Cornell became infatuated with Kusama, calling her several times a day and making and sending her charming collages with personal messages (seen above). Ultimately, it was the involvement of Cornell’s jealous mother — who once poured a bucket of water over the couple after discovering them kissing — that brought the relationship to an end. ‘I have lost count of the times I thought about giving that fat old woman a good swift kick,’ Kusama wrote in her 2002 autobiography, Infinity Net.  Cornell died in 1972, and Kusama felt this loss deeply.  Kusama still owns a number of drawings Cornell made of her.

8. She was briefly an art dealer 

During the early 1970's, Kusama was living hand to mouth, and Cornell, taking pity on her situation, gave her a number of his works to sell. This early experience of art dealing was to lead Kusama to a temporary new profession on her return to Tokyo, when for a time she acted as an art import agent, sourcing Western works to sell to Japanese clients. Her sales career was short-lived however, as the oil crisis and subsequent recession destroyed her market.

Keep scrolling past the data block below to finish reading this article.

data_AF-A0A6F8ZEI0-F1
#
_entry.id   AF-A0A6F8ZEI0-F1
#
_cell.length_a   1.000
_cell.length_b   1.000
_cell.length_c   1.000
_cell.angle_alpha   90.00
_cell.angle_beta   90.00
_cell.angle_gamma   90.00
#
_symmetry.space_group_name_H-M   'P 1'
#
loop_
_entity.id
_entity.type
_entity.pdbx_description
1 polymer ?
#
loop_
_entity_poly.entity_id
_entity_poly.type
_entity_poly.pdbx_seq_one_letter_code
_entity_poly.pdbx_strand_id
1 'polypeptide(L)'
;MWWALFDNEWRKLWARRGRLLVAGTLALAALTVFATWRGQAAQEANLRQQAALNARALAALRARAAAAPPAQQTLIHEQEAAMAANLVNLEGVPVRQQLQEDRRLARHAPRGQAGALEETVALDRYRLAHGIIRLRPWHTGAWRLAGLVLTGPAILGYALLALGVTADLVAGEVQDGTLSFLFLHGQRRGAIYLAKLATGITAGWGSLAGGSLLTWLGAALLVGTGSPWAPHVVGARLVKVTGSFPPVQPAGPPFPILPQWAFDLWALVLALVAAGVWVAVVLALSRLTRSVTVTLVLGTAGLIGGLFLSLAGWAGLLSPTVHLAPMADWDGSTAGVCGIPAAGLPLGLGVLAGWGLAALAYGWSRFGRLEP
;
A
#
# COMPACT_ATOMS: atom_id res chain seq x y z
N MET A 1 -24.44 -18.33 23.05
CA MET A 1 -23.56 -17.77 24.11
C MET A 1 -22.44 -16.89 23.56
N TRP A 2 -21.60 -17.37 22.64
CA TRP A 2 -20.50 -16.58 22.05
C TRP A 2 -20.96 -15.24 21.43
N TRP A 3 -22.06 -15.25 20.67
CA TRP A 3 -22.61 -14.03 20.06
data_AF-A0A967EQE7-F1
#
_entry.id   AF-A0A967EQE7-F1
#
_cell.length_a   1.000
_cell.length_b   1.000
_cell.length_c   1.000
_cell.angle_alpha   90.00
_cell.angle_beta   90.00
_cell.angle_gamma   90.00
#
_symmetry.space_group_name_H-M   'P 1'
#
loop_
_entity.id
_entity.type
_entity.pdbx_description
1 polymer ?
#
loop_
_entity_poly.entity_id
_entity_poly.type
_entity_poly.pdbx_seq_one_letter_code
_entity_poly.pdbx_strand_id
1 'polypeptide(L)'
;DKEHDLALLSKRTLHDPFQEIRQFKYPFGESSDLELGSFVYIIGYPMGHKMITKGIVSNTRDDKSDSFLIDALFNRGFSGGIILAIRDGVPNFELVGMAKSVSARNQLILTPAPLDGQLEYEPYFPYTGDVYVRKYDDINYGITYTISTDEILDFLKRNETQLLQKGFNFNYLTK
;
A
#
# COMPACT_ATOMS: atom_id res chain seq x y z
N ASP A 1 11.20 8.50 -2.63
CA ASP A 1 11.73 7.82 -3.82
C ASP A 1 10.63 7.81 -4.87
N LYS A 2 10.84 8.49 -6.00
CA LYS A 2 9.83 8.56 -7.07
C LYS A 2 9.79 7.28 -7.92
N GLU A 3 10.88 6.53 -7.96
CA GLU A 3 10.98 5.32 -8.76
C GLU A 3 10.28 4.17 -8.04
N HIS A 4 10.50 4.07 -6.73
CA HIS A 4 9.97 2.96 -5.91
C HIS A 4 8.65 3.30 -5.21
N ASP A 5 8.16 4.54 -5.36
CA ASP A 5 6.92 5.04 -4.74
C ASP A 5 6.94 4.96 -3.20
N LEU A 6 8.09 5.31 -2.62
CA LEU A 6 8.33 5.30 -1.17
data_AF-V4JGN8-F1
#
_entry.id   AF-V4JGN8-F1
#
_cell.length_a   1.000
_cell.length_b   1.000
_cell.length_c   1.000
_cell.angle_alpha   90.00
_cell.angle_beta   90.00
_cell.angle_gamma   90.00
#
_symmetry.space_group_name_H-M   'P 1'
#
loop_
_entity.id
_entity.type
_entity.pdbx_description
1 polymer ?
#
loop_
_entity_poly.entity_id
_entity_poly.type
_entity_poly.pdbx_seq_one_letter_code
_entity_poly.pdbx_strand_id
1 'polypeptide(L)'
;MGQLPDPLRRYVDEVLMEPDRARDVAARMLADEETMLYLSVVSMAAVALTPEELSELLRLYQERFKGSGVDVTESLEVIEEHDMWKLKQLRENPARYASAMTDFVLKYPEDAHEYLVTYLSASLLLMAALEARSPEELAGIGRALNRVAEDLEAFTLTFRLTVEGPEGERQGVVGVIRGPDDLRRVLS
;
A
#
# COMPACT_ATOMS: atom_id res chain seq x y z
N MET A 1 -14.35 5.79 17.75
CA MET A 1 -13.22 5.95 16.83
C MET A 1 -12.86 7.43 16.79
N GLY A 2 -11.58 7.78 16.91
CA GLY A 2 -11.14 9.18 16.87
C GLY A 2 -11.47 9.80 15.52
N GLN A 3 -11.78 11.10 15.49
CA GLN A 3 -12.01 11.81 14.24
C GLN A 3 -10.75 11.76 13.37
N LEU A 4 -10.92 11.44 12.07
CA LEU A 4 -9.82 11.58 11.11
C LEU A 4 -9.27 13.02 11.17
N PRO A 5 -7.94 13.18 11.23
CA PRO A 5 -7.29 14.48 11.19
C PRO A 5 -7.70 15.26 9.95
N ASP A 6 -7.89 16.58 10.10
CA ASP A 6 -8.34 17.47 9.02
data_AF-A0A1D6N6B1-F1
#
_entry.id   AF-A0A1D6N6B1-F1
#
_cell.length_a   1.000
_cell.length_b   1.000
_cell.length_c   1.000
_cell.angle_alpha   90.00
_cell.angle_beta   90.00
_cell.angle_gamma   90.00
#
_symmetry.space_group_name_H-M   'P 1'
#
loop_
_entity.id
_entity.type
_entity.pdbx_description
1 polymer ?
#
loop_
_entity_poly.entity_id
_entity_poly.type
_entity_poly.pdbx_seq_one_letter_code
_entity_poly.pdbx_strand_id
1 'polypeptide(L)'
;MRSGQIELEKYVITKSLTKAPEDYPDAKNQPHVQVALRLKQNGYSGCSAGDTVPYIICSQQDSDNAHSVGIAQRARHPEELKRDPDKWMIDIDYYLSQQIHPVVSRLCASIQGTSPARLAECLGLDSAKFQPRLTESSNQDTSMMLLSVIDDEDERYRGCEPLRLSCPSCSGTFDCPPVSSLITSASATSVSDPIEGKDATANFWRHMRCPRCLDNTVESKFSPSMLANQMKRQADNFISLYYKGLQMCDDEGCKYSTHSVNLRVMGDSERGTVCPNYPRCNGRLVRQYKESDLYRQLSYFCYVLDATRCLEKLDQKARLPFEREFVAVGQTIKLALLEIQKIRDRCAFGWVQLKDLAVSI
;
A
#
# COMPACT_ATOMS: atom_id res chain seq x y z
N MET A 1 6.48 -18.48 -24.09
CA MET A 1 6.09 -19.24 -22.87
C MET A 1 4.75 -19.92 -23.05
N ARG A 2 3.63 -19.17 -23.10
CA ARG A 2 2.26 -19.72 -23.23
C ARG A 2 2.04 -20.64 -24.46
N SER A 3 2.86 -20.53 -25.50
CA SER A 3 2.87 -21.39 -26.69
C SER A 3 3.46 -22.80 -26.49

9. Kusama is self-admitted into a mental institution 

Kusama's mental health deteriorated to such an extent that, in 1973, she returned home for treatment. In 1975 she checked herself into the psychiatric hospital she still calls home, finding that the routine gave her the order she needed to concentrate on her work. She slowly crept back into the public consciousness, and in 2006 she was awarded the Praemium Imperiale, one of Japan's most prestigious arts prizes.

Kusama has often said that if it weren't for art, she would have killed herself long ago. "I only slept two hours last night. When I get tired from making pictures, I find it really difficult to go to sleep. But it's how I get away from my illness and escape the hallucinations. I call it psychosomatic art." 

10. She is the world's highest selling living female artist 

One of the first art critics to report on her work was Donald Judd, saying in 1959 that the effect was "both complex and simple" At that time, her paintings sold for $200 each. Recently one of the infinity new paintings set a record a Christie's, selling for $7.1 million in 2014. Her touring retrospective shows continue to sell out across the globe and have been noted as attracting the highest global audience for the past few years running.

Learn more about Yayoi Kusama's current show at the AGO here.